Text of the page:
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The Western Front: 100 Years On

France
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Bianca Blades

Bianca is a lover of the written word and travelling the world. When she's not catching high-speed trains and getting lost in art museums, she enjoys exploring new forms of storytelling.

30th October 2018

The War To End All Wars

Amid the destruction and immense loss of life, red field poppies were one of the few wild flowers that grew on the grounds of war. In Flanders Fields, a 1915 poem written by Canadian doctor Lieutenant-Colonel John McCrae, immortalised the poppy as a symbol of the lives lost to war.

One hundred years after the armistice of WWI, Back-Roads Touring is paying tribute to the fallen. On November 11 2018, Battlefields Tour Leader Steve Western will visit the Western Front with a small group of guests and stand together to honour those who lost their lives in their line of duty.
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Rememberance Day 2018 with Steve Western

We spoke to Tour Leader Steve as he prepares to guide the Battlefields trip to the Western Front on Remembrance Day 2018.

Back-Roads: Your group will visit Villers-Bretonneux on November 11 2018. Can you share the significance of this place with us?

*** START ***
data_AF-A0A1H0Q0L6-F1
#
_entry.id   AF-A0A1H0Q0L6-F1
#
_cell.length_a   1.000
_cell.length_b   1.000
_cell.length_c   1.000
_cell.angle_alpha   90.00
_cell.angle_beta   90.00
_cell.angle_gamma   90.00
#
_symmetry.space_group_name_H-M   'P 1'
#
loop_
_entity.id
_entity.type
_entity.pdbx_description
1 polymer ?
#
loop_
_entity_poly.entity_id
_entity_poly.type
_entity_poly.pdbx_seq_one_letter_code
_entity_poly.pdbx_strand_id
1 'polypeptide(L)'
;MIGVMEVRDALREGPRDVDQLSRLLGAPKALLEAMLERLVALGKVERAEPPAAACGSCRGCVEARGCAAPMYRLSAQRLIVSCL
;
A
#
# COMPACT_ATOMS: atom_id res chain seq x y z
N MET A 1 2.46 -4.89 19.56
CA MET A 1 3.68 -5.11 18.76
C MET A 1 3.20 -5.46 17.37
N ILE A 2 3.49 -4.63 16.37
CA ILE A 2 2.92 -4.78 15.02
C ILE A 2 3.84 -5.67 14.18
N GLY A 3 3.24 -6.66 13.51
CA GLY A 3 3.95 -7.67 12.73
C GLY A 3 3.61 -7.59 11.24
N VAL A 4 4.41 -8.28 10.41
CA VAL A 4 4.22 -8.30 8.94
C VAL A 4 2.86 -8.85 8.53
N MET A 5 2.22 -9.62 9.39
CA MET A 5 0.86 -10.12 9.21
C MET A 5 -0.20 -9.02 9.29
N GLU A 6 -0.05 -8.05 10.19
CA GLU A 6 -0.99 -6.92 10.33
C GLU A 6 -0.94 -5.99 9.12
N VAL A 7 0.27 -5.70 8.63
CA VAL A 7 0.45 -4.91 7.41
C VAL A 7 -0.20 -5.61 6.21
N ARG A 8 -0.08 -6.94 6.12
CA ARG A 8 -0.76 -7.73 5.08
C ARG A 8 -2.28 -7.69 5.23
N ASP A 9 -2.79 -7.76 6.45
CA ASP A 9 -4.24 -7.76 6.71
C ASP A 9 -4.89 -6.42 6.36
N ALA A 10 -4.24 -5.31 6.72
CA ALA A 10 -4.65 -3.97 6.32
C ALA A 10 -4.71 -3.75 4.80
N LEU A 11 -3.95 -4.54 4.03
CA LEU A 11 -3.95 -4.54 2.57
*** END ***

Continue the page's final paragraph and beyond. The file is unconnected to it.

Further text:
Steve: The Australian National Memorial at Villers-Bretonneux is the scene of the historic victory by the Australians on 25 April 1918 on the third anniversary of their landings on the beaches at Gallipoli. It’s an extremely moving place for all Australians to visit.

There were many Anzacs (Australian and New Zealand Army Corps) who landed at Gallipoli and who were also at Villers-Bretonneux - where some lost their lives. It was symbolic that they were going into battle on the same date as the Gallipoli beach landings.

Before the ceremony I will remind the group to think of those in our families who fought, who survived and who died. The land on the Western Front is etched with all our DNA.
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A Tour Leader's Perspective

BR: What inspired you to become a Back-Roads Battlefields Tour Leader?

SW: After visiting the battlefields for a number of years, learning so much, taking in so much information, building a great wealth of knowledge of the geography of the landscape, I thought it was about time to put something back. Pass on my knowledge and experiences to others.

Previously, I came from an engineering background, and you never know how you are going to adapt to something completely different. But the knowledge and the desire to pass this knowledge on, and the fact that the battlefields is my passion, was enough to give me confidence to help others discover the history of the battlefields.

Once you become a Battlefields Tour Leader you soon realise it’s more than just showing people what happened. It is the geography of the landscape and in some cases, sadly, showing them where family members lost their lives. Travelling in small groups, the tour is so much more personal which makes the whole experience far more rewarding for everyone.
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